I still do not get why the SVN plugins not coming from Eclipse is such a huge issue. What is so special about Eclipse? As the series of posts the last week that Bjorn began showed, the Eclipse Foundation does not direct projects. It is just what the developers and users contribute. What is the difference between the Subclipse team hosting a project at tigris.org versus eclipse.org?

    I want to move Subclipse over to Eclipse.org because in the long term I think it provides more opportunity for the commonalities between CVS and SVN to be refactored into common API that other team providers can then use, creating a better API in the process. This of course will depend on our ability to work with the Team/CVS developers and get their support for the ideas.

    Mark

  4. Ace says:

    More postives include a very well written book, good online communities and headache-free running of the system once its up.

    You can visit this forum incase you have questions:
    http://www.svnforum.org

  5. Eric Burke says:

    Are there seriously employers that are progressive enough to pay people to contribute to open source projects like Eclipse, while at the same time preventing these ace programmers from using Subversion? I’m not buying it. In my experience companies that are so restrictive as to prevent you from installing open source tools are probably not going to be contributing back to open source projects in the first place. Likewise, companies actively contributing to open source probably don’t have a problem with their programmers using other open source projects.

  6. To echo the previous comment, it would also not make sense for an employer to be OK with you using Subversion (which comes from tigris) but not Subclipse (because it comes from tigris).

    I am the Subclipse project lead, and a Subversion committer and I have another Subversion committer that works with me. Why would one be OK but the other not?

  7. dschaefer says:

    Having been a former IBMer, I know why they don’t like people using random open source software. It all has to do with IP cleanliness. Eclipse offers certain guarantees that software downloaded from Eclipse has been checked and that putting it on an employees machine will not “pollute” their environment. It’s a bit twisted since the conjecture is that having open source software on you machine means there is a chance you’ll look at it and stick it into your proprietary code. But it is how these companies run and why Eclipse’s IP policies are so important.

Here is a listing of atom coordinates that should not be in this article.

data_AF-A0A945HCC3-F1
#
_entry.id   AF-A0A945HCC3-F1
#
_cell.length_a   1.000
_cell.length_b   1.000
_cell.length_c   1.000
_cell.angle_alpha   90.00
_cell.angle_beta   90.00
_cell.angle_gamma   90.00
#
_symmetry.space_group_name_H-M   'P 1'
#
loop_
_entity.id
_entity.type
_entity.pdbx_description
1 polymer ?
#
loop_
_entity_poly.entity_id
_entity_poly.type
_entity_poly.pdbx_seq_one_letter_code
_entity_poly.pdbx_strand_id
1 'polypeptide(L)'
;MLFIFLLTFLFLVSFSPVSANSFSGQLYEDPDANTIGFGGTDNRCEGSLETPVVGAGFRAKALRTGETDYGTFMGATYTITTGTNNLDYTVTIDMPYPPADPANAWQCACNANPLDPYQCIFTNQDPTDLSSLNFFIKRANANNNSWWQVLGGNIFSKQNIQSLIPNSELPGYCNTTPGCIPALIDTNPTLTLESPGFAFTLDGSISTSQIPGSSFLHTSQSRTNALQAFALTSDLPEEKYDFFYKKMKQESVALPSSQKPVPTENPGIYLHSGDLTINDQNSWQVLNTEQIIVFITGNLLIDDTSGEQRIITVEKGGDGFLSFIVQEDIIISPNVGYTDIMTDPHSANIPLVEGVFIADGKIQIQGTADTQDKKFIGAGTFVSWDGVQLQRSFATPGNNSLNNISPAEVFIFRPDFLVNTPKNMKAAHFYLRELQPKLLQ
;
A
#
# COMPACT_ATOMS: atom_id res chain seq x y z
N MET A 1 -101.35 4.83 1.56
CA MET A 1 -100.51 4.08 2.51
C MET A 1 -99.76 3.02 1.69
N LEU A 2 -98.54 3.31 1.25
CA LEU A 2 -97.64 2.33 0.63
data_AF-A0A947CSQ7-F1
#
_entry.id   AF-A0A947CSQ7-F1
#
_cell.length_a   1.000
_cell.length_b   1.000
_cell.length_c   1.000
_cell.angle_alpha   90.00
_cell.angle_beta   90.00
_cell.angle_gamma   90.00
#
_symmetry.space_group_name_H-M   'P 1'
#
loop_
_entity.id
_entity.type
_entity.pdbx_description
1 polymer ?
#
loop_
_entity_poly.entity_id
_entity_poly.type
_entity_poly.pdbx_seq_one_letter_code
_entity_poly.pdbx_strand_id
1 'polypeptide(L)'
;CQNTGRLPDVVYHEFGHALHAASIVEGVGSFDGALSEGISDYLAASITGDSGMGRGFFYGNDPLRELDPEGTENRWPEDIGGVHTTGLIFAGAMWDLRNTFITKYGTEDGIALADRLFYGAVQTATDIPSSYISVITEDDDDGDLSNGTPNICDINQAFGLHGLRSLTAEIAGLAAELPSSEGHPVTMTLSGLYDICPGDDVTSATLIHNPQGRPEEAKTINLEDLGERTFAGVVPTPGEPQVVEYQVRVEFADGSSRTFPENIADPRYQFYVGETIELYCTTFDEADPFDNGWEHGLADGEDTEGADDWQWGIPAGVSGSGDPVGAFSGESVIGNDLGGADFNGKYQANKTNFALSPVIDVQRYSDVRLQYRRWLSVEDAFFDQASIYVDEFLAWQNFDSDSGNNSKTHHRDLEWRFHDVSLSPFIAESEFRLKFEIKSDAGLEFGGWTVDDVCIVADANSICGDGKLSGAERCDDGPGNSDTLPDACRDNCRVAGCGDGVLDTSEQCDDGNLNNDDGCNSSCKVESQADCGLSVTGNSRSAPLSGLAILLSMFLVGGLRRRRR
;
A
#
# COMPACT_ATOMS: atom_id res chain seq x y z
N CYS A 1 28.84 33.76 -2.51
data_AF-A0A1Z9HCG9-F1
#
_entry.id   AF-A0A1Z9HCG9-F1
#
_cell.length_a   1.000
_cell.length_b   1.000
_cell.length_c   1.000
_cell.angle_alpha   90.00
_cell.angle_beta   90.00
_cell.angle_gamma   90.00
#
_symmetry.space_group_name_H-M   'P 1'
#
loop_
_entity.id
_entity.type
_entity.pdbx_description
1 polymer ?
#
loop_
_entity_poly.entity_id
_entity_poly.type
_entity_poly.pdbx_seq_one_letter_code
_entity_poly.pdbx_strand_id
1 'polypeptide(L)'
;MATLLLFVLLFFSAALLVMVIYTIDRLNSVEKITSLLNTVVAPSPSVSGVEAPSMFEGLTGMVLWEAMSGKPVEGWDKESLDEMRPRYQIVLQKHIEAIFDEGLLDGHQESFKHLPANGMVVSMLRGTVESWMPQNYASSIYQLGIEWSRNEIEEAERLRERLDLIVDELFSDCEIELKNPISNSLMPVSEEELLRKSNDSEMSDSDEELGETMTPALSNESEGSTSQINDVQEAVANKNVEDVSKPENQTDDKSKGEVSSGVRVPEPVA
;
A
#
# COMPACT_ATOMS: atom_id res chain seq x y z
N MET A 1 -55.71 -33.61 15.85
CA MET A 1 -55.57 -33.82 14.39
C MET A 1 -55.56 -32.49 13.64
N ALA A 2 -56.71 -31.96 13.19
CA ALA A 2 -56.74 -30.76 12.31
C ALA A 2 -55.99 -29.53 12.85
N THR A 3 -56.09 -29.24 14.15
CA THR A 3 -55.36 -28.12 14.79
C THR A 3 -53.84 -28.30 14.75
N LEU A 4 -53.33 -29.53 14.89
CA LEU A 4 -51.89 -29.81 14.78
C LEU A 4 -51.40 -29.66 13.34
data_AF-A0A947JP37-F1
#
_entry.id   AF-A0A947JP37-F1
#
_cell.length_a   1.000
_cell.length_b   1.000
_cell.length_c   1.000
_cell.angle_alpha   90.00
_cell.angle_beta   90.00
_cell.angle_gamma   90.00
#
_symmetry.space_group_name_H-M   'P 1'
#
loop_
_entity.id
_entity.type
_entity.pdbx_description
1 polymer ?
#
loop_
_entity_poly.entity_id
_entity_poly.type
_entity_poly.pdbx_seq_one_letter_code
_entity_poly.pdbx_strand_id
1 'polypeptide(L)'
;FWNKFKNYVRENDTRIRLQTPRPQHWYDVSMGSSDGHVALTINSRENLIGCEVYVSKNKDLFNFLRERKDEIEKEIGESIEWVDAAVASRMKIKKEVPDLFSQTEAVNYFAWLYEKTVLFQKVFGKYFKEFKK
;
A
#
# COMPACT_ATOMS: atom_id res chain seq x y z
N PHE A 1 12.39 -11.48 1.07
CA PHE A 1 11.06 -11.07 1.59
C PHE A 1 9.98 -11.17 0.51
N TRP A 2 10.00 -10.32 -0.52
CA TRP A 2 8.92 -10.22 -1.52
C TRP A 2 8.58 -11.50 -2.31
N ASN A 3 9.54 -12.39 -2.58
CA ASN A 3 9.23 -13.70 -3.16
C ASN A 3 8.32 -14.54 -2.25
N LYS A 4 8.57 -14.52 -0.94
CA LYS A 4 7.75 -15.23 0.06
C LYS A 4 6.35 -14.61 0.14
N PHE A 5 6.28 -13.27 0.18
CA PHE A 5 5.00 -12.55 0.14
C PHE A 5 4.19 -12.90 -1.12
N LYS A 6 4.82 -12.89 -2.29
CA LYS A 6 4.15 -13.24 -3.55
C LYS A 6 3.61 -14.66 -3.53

BTW, I believe Subversive has been approved as an Eclipse project. During the review I made it clear that Eclipse can only support one client at the end of the day and that the Subversive and Subclipse teams need to work together. For the good of all Eclipse SVN users.

  8. Doug says:

    Sod the costs!

    Sometimes we need dictatorship to take us into the future and all this playing around with ideas is nonsense.

    To the future comrades. Choose SVN!

  9. Anonymous says:

    Svn is really amazing and so is WTP. But the one gripe/warning i think svn newbies should heed to is to be uber careful before using svn remove.Call me an idiot, but i believe that a versioning system should recognize that the operating system shell provides an “rm” or “remove’ command should a user want to “delete” his local file. Svn remove will tell you that you must use –force to actually remove a file from subversion, but what it does not tell you is that it will nuke the local copy too. I’ve been burnt by this and feel like this is worth bringing up when people talk about the relative merits/demerits of svn.